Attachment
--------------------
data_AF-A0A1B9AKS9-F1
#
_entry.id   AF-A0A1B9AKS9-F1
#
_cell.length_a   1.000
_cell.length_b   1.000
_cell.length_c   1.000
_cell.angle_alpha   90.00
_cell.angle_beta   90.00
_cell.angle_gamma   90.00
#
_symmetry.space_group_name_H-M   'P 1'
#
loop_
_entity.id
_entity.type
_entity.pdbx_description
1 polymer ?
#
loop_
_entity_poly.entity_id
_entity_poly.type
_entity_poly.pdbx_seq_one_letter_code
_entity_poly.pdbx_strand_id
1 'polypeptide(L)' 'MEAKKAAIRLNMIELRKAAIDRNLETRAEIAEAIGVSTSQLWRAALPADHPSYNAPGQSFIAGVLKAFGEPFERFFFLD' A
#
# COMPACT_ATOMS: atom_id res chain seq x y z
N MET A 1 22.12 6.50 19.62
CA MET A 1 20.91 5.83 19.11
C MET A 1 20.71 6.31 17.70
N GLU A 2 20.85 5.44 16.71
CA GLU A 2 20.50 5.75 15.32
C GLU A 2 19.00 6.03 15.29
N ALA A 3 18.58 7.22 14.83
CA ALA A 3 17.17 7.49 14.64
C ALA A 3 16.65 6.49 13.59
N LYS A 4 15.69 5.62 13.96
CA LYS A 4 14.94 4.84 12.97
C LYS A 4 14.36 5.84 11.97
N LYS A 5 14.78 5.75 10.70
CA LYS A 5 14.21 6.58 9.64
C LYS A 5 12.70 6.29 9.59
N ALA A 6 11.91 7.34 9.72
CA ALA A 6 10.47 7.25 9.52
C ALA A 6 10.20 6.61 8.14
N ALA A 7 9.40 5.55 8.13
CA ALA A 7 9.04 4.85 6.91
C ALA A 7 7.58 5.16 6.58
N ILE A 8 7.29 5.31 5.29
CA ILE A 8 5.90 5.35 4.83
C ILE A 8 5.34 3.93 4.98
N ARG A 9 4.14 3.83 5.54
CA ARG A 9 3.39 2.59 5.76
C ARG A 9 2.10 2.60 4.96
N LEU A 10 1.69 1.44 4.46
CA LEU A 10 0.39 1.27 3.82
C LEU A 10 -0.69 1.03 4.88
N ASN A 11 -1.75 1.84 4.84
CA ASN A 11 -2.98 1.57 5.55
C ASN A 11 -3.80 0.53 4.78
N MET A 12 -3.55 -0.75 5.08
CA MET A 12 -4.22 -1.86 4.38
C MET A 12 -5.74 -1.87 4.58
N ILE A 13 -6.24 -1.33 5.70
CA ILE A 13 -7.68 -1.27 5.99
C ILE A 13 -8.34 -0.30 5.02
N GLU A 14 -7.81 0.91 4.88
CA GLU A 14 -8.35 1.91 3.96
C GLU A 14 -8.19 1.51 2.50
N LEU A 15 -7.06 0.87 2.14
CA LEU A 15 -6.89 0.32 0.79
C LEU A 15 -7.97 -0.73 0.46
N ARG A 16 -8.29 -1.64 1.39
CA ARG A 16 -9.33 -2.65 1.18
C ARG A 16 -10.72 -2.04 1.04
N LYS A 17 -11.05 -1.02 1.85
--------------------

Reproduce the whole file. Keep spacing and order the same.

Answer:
data_AF-A0A1B9AKS9-F1
#
_entry.id   AF-A0A1B9AKS9-F1
#
_cell.length_a   1.000
_cell.length_b   1.000
_cell.length_c   1.000
_cell.angle_alpha   90.00
_cell.angle_beta   90.00
_cell.angle_gamma   90.00
#
_symmetry.space_group_name_H-M   'P 1'
#
loop_
_entity.id
_entity.type
_entity.pdbx_description
1 polymer ?
#
loop_
_entity_poly.entity_id
_entity_poly.type
_entity_poly.pdbx_seq_one_letter_code
_entity_poly.pdbx_strand_id
1 'polypeptide(L)' 'MEAKKAAIRLNMIELRKAAIDRNLETRAEIAEAIGVSTSQLWRAALPADHPSYNAPGQSFIAGVLKAFGEPFERFFFLD' A
#
# COMPACT_ATOMS: atom_id res chain seq x y z
N MET A 1 22.12 6.50 19.62
CA MET A 1 20.91 5.83 19.11
C MET A 1 20.71 6.31 17.70
N GLU A 2 20.85 5.44 16.71
CA GLU A 2 20.50 5.75 15.32
C GLU A 2 19.00 6.03 15.29
N ALA A 3 18.58 7.22 14.83
CA ALA A 3 17.17 7.49 14.64
C ALA A 3 16.65 6.49 13.59
N LYS A 4 15.69 5.62 13.96
CA LYS A 4 14.94 4.84 12.97
C LYS A 4 14.36 5.84 11.97
N LYS A 5 14.78 5.75 10.70
CA LYS A 5 14.21 6.58 9.64
C LYS A 5 12.70 6.29 9.59
N ALA A 6 11.91 7.34 9.72
CA ALA A 6 10.47 7.25 9.52
C ALA A 6 10.20 6.61 8.14
N ALA A 7 9.40 5.55 8.13
CA ALA A 7 9.04 4.85 6.91
C ALA A 7 7.58 5.16 6.58
N ILE A 8 7.29 5.31 5.29
CA ILE A 8 5.90 5.35 4.83
C ILE A 8 5.34 3.93 4.98
N ARG A 9 4.14 3.83 5.54
CA ARG A 9 3.39 2.59 5.76
C ARG A 9 2.10 2.60 4.96
N LEU A 10 1.69 1.44 4.46
CA LEU A 10 0.39 1.27 3.82
C LEU A 10 -0.69 1.03 4.88
N ASN A 11 -1.75 1.84 4.84
CA ASN A 11 -2.98 1.57 5.55
C ASN A 11 -3.80 0.53 4.78
N MET A 12 -3.55 -0.75 5.08
CA MET A 12 -4.22 -1.86 4.38
C MET A 12 -5.74 -1.87 4.58
N ILE A 13 -6.24 -1.33 5.70
CA ILE A 13 -7.68 -1.27 5.99
C ILE A 13 -8.34 -0.30 5.02
N GLU A 14 -7.81 0.91 4.88
CA GLU A 14 -8.35 1.91 3.96
C GLU A 14 -8.19 1.51 2.50
N LEU A 15 -7.06 0.87 2.14
CA LEU A 15 -6.89 0.32 0.79
C LEU A 15 -7.97 -0.73 0.46
N ARG A 16 -8.29 -1.64 1.39
CA ARG A 16 -9.33 -2.65 1.18
C ARG A 16 -10.72 -2.04 1.04
N LYS A 17 -11.05 -1.02 1.85